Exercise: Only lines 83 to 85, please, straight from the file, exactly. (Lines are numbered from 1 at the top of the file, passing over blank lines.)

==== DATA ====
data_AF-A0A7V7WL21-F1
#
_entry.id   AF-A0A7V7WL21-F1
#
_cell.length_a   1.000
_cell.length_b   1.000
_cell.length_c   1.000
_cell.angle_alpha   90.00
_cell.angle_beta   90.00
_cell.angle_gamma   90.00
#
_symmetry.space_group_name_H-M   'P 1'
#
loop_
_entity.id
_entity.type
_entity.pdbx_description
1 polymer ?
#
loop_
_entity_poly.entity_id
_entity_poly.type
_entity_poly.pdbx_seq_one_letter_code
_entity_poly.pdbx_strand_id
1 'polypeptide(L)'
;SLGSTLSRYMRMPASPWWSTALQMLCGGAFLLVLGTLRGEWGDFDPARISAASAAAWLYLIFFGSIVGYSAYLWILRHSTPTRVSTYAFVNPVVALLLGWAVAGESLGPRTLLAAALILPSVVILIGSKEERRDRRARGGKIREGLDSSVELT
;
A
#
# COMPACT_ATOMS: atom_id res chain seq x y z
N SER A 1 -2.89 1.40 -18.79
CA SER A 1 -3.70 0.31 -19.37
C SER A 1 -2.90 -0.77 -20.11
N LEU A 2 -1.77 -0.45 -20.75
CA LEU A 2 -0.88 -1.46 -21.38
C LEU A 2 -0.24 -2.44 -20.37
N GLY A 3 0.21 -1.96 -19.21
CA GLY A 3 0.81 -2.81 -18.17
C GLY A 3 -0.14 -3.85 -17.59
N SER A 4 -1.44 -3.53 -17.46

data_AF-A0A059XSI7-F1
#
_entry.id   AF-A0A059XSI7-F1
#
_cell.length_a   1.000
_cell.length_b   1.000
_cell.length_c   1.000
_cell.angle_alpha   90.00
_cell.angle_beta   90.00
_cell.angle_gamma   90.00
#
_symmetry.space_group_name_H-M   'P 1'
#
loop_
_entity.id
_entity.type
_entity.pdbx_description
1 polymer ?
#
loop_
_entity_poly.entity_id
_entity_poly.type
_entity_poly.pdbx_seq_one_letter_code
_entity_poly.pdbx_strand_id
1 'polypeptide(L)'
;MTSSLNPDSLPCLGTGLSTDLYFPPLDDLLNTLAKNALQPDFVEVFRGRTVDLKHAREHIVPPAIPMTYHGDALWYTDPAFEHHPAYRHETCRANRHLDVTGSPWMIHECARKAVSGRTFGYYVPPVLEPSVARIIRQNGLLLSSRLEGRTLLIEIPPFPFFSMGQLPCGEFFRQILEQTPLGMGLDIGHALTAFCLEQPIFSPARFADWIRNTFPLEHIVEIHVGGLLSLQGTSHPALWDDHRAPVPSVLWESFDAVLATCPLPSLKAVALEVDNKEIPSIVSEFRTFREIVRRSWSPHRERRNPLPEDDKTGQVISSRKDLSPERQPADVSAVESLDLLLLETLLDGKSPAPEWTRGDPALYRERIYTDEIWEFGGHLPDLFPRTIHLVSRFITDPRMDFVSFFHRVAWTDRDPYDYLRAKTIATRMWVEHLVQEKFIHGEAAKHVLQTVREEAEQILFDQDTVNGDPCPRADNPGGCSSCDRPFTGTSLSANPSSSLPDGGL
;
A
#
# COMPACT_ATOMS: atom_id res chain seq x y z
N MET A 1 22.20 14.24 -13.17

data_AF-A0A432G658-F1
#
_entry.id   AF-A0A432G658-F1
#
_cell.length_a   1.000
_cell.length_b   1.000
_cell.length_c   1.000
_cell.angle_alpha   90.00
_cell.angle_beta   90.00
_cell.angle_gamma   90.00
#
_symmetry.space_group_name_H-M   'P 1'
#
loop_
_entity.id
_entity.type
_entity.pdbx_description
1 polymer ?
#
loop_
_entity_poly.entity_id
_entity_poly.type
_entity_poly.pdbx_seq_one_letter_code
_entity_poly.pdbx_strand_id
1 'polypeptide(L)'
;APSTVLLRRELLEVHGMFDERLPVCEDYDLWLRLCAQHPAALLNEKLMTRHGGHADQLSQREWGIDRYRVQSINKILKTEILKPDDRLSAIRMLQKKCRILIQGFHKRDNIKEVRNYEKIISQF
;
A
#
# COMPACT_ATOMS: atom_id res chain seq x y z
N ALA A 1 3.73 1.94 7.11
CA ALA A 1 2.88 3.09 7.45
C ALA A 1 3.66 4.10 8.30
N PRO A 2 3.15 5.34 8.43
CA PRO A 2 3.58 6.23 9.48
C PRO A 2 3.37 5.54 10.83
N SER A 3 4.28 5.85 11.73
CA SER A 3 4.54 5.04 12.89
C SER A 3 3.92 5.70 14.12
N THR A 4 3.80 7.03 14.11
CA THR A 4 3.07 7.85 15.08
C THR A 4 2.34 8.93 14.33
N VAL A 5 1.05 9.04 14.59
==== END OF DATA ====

_symmetry.space_group_name_H-M   'P 1'
#
loop_